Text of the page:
Pottering around in my little study, looking through some items I haven’t looked at for a while. I say study, it is really a long, narrow boxroom which I made into a study, two walls covered from floor to (high Victorian) ceiling with bookshelves, the third wall is my Movie Wall, covered in cinematic prints and portraits while strings of coloured lights hang over head between shelves. Everyone needs a quiet space to retreat to and although everywhere in my flat is technically my space this little jammed study really feels like mine. There is something very comfortable to me in having books shelved so high I need ladders for the top rows, towering over me, castle walls made of literature for my little space. I’m sure a therapist would make a lot out of that; personally if they did I would just hit them with a hardback. More therapists need that sort of brusque therapy I think.
Tons of SF as you can imagine but also history, myth (you might be surprised how often Myth and History interact and intertwine, one an attempt to create a narrative of who we are and how we come to be, the other a more emotional but no less true description of why we are. I find they work best together) science, travel, reference, art, architecture, classics, graphic novels and, of course, poetry. Sherlock Holmes once remarked that a man should keep so much useful information for day to day use in his brain and for the rest he should keep a well stocked library. I think I’ve followed that all of my reading life (which goes back to before I began school, I just can’t stop reading, be it a Beano annual or a history of the Spanish conquest of the Incas).
I also have several volumes of photography; it probably isn’t any great surprise to learn someone who loves literature and cinema is also fascinated by the ‘pencil of nature’. The use of nothing more than light, shadows and chemical reactions (or today digital processing) to create images frozen in time into which we can read so much, creating entire little narratives around a single still image. I’m not sure I always agree that a picture is worth a thousand words, mind you – it depends very much on the writer or the photographer or painter. Squeezed between two hardback photography collections (one a Magnum collection, the other American Memorial Photography – that’s pictures of the dead to most of us) I found a small catalogue from an exhibition I saw years ago at the old Portfolio gallery in Edinburgh.
I had heard the name of the artist, Duane Michals, before and had come across a few of his pictures in magazines and books, but only a few. In I wandered not knowing really what to expect and found a delightful range of single images, series and prints with poetry – in some cases Duane gives both a picture and words, a mixed media of senses overlapping, the eyes drinking in imagery, the brain processing it with one section while another decodes language and that indefinable part of the brain we call imagination combines them and creates that wonderful sense of emotion that good art always rouses in us, an inanimate object becomes the interface between artist and viewer, connecting them without ever meeting, exchanging emotions, memories, ideas…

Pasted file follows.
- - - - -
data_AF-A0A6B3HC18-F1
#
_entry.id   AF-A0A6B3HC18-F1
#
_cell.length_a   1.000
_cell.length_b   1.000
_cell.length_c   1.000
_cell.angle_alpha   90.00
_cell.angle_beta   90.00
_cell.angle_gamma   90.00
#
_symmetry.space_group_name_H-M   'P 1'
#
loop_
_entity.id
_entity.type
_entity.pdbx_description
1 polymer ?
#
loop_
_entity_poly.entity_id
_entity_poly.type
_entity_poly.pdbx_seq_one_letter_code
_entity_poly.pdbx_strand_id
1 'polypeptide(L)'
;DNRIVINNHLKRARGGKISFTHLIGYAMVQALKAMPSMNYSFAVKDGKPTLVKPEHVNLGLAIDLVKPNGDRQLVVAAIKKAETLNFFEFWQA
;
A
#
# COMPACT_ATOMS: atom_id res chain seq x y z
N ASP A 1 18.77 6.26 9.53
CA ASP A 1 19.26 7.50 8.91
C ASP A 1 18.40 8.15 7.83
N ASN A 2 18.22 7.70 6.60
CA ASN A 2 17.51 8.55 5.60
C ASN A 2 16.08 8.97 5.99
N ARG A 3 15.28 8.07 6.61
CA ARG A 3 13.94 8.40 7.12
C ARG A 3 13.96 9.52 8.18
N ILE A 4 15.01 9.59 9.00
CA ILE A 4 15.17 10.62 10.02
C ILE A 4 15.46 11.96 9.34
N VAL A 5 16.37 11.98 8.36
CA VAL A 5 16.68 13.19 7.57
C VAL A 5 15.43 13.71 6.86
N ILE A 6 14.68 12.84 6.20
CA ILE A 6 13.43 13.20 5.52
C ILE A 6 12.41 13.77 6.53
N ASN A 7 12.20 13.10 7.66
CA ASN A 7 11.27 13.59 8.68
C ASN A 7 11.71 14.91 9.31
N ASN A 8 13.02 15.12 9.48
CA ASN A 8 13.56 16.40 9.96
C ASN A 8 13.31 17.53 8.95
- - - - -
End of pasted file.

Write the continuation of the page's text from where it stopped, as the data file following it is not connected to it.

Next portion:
Art is always interactive, never passive; we have to engage with it on different levels of emotion and intellect and memory and experience otherwise all we are doing is looking at an object and then we know our imagination has atrophied which is the first symptom of the decay of the soul. Oh dear, here I was ready to simply mention Duane Michals and show a couple of images I scanned in from this old exhibition catalogue and instead here I am talking about books, imagery, poetry and the way our memories and emotions filter and shape those works (and vice verse?). Oh well, it is my blog and if I feel like rambling on why shouldn’t I?
The exhibition had a number of works, some singular, some part of series, which I later found is a recurring theme with Duane – in one series he had persuaded Richard Gere to pose as a 40s style gumshoe for some Noir-esque images in a series around the walls which were like looking at individual movie frames. You know frames, those little rectangles of still images which flicker past a projector lens so fast we believe we are seeing true movement. Walking past them on a wall I could follow a genre tale but I was also aware very much of how that tale is constructed and how we view that construction as I looked. The Madame Schrodinger’s Cat image from below is part of a longer sequence which mixes humour with scientific philosophy and also manages to feature a cute cat.
Other images were on their own or sometimes Duane had combined his love of poetry and philosophy with the image; I wondered sometimes which came first, the photograph and then the lines or did some lines in his imagination spark the idea for the image? So I scanned in a couple to put on here; I do like the dream imagery of this one with the rather lovely poem while the one above with the crucifix ‘gun’ is an image which once I saw it years ago has stuck in my imagination ever since; simple but effective and one which invites the viewer’s mind to conjure up all sorts of little narratives around it. I hope you like them.